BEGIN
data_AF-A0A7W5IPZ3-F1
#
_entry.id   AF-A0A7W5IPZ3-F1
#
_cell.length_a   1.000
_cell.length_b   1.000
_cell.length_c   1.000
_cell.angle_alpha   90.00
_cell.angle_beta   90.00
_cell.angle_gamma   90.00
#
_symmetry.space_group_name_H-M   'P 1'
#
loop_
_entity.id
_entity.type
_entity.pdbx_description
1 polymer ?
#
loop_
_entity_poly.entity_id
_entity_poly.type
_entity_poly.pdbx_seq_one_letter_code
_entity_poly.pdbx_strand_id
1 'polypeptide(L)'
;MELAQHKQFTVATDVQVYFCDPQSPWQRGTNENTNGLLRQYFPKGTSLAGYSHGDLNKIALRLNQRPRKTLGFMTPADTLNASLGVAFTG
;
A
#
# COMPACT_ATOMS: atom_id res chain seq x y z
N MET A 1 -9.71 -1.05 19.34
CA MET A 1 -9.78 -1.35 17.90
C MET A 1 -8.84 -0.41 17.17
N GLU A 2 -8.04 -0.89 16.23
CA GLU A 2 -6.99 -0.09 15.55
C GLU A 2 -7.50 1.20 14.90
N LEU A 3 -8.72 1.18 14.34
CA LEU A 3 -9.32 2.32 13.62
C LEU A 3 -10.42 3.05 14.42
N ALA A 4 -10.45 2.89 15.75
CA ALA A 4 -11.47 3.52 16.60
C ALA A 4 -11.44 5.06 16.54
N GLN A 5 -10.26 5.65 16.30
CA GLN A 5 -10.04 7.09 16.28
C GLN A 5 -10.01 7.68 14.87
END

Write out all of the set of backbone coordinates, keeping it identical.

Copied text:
data_AF-A0A7W5IPZ3-F1
#
_entry.id   AF-A0A7W5IPZ3-F1
#
_cell.length_a   1.000
_cell.length_b   1.000
_cell.length_c   1.000
_cell.angle_alpha   90.00
_cell.angle_beta   90.00
_cell.angle_gamma   90.00
#
_symmetry.space_group_name_H-M   'P 1'
#
loop_
_entity.id
_entity.type
_entity.pdbx_description
1 polymer ?
#
loop_
_entity_poly.entity_id
_entity_poly.type
_entity_poly.pdbx_seq_one_letter_code
_entity_poly.pdbx_strand_id
1 'polypeptide(L)'
;MELAQHKQFTVATDVQVYFCDPQSPWQRGTNENTNGLLRQYFPKGTSLAGYSHGDLNKIALRLNQRPRKTLGFMTPADTLNASLGVAFTG
;
A
#
# COMPACT_ATOMS: atom_id res chain seq x y z
N MET A 1 -9.71 -1.05 19.34
CA MET A 1 -9.78 -1.35 17.90
C MET A 1 -8.84 -0.41 17.17
N GLU A 2 -8.04 -0.89 16.23
CA GLU A 2 -6.99 -0.09 15.55
C GLU A 2 -7.50 1.20 14.90
N LEU A 3 -8.72 1.18 14.34
CA LEU A 3 -9.32 2.32 13.62
C LEU A 3 -10.42 3.05 14.42
N ALA A 4 -10.45 2.89 15.75
CA ALA A 4 -11.47 3.52 16.60
C ALA A 4 -11.44 5.06 16.54
N GLN A 5 -10.26 5.65 16.30
CA GLN A 5 -10.04 7.09 16.28
C GLN A 5 -10.01 7.68 14.87